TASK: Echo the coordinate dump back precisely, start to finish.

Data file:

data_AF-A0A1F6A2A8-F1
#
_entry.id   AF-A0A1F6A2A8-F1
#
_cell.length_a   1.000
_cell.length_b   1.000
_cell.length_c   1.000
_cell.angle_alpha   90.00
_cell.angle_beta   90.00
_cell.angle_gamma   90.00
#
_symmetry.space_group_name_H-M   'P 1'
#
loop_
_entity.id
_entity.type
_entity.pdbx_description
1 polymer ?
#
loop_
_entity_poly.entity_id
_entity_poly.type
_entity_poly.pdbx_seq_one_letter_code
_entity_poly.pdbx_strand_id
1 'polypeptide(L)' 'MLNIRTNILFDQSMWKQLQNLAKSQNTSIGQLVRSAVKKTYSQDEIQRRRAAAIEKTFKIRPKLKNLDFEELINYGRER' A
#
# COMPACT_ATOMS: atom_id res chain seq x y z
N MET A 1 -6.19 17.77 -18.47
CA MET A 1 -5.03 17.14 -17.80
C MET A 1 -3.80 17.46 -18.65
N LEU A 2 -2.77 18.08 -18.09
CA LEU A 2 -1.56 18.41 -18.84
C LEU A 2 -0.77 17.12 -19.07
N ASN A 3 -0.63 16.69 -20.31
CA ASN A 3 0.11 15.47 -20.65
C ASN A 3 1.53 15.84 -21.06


data_AF-A0A1F6A2A8-F1
#
_entry.id   AF-A0A1F6A2A8-F1
#
_cell.length_a   1.000
_cell.length_b   1.000
_cell.length_c   1.000
_cell.angle_alpha   90.00
_cell.angle_beta   90.00
_cell.angle_gamma   90.00
#
_symmetry.space_group_name_H-M   'P 1'
#
loop_
_entity.id
_entity.type
_entity.pdbx_description
1 polymer ?
#
loop_
_entity_poly.entity_id
_entity_poly.type
_entity_poly.pdbx_seq_one_letter_code
_entity_poly.pdbx_strand_id
1 'polypeptide(L)' 'MLNIRTNILFDQSMWKQLQNLAKSQNTSIGQLVRSAVKKTYSQDEIQRRRAAAIEKTFKIRPKLKNLDFEELINYGRER' A
#
# COMPACT_ATOMS: atom_id res chain seq x y z
N MET A 1 -6.19 17.77 -18.47
CA MET A 1 -5.03 17.14 -17.80
C MET A 1 -3.80 17.46 -18.65
N LEU A 2 -2.77 18.08 -18.09
CA LEU A 2 -1.56 18.41 -18.84
C LEU A 2 -0.77 17.12 -19.07
N ASN A 3 -0.63 16.69 -20.31
CA ASN A 3 0.11 15.47 -20.65
C ASN A 3 1.53 15.84 -21.06